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Showing posts from October, 2016

Some '60's and '70's full-sizes that make cool drivers...

If you don't want to pay the king's ransom for a "traditional" muscle car-i.e. GTO, SS Chevelle, Charger, Road Runner, Mustang, etc, etc, here's some good alternatives. Every car maker had at least one, some had several really cool full-size cars that would still be fun to own and drive and be unique. Here's my list in no particular order. # 1. 1965-68 Pontiac Gran Prix. GP's had 389 or 400 cubes standard all years with 421 and 428 optional, backed by either a 4-speed or the excellent TH400. I personally like the '65-66 models best, but the fastback '67-68 models are cool too. Ray Liotta drove a '68 in "Goodfellas". There's tons of speed equipment for Pontiac V8s and any suspension or brake upgrades that fit an Impala will fit these cars. # 2. 1967-68 Chevy Impala SS. 427 models are priced in the stratosphere, but 327 models are still reasonable. 75,600 were built in '67 and another 38,200 in '68, so their not a moon rock…

If you have one of these "Oldie but goodies" by all means use it....

The last couple posts about overlooked engines caused some people to remind me of some viable ones they thought I forgot. I didn't forget them,I just dont think their plentiful enough to look for.  # 1. 289 Ford. I loves 289s. Their reliable, and offer tremendous bang for the buck. However, they've been out of production since 1968. That's 48 years. If you have a 289 V8 in the car or can buy one cheap, then by all means use it.  If your restoring a '65 Mustang to the nth degree, then a 289 is the only way to fly. For anything else-the 302 was used in millions of cars, trucks and suvs from 1968 to 2002 and is still in production and being sold as a crate motor to this day. That's all I'm saying-don't search the galaxy for a 289 while passing over hundreds of 302s!!  # 2. 396 / 402 Chevy. 396s run great.  If  you have one already in the car or your restoring an SS396 Chevelle or El Camino, Camaro or Nova to concours status, then this is the engine that you &q…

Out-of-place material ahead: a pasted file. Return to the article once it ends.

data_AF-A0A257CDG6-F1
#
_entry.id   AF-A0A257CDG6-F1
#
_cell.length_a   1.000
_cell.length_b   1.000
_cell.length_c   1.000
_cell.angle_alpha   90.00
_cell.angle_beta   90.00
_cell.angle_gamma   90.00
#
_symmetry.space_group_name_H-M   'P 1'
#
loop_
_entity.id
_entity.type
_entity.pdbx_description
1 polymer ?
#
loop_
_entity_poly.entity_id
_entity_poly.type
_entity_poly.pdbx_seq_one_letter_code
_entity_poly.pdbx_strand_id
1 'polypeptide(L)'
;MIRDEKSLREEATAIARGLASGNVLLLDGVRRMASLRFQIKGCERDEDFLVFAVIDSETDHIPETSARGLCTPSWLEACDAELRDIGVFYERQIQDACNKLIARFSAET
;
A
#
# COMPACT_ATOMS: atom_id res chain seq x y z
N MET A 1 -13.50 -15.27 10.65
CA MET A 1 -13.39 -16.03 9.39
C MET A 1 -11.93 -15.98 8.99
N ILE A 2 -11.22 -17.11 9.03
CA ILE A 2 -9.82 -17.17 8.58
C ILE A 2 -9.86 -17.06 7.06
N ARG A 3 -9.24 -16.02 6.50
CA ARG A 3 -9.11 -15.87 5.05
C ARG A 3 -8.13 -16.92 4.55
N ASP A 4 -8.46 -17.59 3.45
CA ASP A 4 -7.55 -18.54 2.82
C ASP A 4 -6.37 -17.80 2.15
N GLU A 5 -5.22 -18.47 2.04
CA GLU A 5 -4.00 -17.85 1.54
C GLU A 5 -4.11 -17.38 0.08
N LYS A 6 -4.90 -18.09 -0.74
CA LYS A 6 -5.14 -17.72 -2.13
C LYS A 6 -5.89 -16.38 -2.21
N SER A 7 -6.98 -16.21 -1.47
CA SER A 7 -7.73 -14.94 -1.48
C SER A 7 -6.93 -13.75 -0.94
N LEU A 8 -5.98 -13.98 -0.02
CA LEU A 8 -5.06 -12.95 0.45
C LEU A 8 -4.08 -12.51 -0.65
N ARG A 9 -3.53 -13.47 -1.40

Sometimes dynamite comes in small packages.....

The trend in the buff magazines always seems to be "Bigger is Better". Everything they feature has a 500 inch monster motor. If you can afford that, by all means do it. However-there are a lot of people who don't need or want a 500+hp engine. They'd just like a little better than stock performance from their base model car. Here's my suggestions on how to do this. # 1. 318 Mopars. There are a ton of 318 powered Duster / Darts, Challenger / Barracudas, Satellites, Coronets and Chargers out there. In all it's history-the 318 was Chrysler's lowest warranty engine. Their bulletproof. '92 and later "Magmum" heads will bolt up to earlier blocks, and Edelbrock sells "Magnum" bolt pattern Performer and Performer RPM intakes. With headers and dual exhausts, maybe a mild cam and a good shift kit in the Torqueflite-you'd be amazed at how fast a 318 can run. Especially in a light car. So before you sell your sould for a big-block or a 360 …

Some "Junkyard Jewels" that people overlook.....